Bonds Issued at a Premium
The term bonds issued at a premium refers to newly issued debt that is sold at a price in excess of its par value. When a bond is issued at a premium, the company will typically choose to amortize the premium paid over the term of the bond using a straight line method.
Bonds can sell at a discount or premium to par value due to administrative delays in getting the offering to market.
Issuing long-term bonds represents an important source of financing for many companies. When a corporation prepares to issue bonds to investors, they determine an acceptable coupon rate, which reflects both the prevailing rate of interest and the creditworthiness of the company.
The process of issuing bonds to the public takes a considerable amount of time. Approval is needed from the Securities and Exchange Commission, a prospectus must be written, and underwriting of the securities might be arranged. This delay, along with changes in variables such as prevailing interest rates or the creditworthiness of the issuing company, can result in the bonds selling at a premium to their face value. As a general rule of thumb, the price of a bond will move inversely with interest rates.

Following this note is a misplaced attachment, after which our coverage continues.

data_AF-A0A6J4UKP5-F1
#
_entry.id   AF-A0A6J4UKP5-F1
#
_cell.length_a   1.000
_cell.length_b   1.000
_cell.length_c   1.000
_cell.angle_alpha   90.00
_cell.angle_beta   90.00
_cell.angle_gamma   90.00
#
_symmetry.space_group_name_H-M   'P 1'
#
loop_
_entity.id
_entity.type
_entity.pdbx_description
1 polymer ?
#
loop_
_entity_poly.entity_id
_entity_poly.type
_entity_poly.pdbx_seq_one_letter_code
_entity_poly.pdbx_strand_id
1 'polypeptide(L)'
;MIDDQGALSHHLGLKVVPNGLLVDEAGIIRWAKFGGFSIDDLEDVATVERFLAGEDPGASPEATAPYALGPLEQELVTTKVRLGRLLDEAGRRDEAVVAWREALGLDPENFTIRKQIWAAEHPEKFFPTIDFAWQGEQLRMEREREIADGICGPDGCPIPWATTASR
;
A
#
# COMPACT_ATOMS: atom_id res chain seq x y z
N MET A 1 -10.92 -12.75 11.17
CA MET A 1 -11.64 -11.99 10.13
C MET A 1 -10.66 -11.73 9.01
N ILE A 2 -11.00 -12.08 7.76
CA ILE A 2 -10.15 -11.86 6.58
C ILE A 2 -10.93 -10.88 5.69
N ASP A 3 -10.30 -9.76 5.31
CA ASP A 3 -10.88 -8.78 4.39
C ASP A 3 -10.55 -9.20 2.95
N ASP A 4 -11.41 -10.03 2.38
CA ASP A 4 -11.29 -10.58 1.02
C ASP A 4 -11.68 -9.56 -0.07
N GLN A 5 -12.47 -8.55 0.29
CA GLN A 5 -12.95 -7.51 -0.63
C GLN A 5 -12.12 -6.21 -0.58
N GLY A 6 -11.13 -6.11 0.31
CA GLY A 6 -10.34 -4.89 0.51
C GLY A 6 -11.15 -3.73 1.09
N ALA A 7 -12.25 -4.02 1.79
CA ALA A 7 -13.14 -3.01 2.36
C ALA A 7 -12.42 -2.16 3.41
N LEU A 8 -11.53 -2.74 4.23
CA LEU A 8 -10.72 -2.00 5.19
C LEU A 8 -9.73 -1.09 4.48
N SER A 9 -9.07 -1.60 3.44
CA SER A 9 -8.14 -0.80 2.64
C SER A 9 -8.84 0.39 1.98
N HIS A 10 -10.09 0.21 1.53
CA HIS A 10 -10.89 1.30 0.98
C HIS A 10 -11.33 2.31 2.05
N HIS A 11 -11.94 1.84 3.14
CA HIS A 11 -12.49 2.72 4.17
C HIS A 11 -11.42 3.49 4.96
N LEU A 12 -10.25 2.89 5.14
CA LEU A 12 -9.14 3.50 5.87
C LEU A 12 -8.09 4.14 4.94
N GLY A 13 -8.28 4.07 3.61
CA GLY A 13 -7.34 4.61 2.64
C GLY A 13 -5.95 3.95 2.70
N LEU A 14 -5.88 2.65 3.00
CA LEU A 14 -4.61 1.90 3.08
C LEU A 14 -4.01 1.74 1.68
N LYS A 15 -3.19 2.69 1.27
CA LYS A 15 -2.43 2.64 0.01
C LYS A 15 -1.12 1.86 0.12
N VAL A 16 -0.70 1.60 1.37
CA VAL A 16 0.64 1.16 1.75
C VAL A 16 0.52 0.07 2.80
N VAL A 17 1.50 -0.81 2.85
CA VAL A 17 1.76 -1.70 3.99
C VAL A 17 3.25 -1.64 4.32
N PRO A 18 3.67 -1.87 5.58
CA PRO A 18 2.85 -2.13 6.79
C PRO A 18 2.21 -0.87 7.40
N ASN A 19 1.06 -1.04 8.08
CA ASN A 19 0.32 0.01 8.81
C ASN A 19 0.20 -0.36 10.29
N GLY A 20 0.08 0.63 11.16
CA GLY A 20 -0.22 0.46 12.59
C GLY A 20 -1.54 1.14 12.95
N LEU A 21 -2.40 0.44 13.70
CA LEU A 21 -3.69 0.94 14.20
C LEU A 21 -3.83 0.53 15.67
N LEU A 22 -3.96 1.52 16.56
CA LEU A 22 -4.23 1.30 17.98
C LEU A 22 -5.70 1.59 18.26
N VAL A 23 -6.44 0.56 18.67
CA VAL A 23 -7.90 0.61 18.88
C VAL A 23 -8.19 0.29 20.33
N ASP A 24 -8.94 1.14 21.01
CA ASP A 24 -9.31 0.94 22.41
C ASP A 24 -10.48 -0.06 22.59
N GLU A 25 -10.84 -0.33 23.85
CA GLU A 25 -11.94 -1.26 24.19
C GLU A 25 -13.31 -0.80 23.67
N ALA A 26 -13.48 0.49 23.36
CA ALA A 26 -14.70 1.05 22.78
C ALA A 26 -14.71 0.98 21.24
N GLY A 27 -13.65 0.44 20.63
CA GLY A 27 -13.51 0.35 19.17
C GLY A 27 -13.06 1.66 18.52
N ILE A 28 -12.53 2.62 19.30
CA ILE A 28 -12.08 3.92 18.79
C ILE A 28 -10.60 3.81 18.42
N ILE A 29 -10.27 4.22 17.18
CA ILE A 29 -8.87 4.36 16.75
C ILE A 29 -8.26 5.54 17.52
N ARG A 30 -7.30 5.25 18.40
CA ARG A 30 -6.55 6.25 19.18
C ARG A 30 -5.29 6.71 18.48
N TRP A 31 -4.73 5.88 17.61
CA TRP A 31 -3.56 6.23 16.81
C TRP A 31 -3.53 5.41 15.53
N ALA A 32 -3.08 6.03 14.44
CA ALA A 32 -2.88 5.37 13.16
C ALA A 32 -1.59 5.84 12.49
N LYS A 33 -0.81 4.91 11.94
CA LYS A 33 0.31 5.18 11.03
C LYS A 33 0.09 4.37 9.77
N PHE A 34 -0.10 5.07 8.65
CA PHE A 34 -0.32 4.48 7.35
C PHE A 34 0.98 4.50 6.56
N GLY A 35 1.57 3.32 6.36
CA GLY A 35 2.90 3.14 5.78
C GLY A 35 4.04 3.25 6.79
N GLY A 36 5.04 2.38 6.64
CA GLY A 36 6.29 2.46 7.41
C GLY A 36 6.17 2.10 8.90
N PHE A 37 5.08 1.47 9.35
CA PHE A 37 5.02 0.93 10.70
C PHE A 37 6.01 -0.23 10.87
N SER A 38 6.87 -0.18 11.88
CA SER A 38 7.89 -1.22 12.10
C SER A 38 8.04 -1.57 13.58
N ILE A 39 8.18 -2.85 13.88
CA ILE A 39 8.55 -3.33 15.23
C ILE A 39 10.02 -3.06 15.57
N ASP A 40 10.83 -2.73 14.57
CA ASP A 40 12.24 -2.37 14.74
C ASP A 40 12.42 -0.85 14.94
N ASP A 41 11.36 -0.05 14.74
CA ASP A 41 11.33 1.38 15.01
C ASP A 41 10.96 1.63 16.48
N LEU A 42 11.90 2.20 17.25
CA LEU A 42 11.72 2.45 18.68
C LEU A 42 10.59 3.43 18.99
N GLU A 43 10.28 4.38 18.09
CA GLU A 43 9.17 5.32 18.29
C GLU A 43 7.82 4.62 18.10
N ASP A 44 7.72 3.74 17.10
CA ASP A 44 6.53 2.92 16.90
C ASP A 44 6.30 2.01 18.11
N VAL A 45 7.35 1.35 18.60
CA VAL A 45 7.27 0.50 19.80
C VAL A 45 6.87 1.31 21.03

If a bond is sold at a premium, the excess amount received is referred to as a premium on bonds payable. Companies will typically choose to use a straight line method to amortize this premium over the term of the bond.
Company A issued $1,000,000 in bonds with a coupon rate of 5.0% and a term of ten years. These bonds were well-received by the market, selling at 102, which is 102% of par value.
The journal entry to record the issuing of the bonds at a premium would be:
Using the straight line method, Company A would amortize the premium over a period of ten years. The journal entry for this transaction is as follows:
As noted in the above journal entry, the premium received on a bond effectively lowers the interest expense of the issuing company.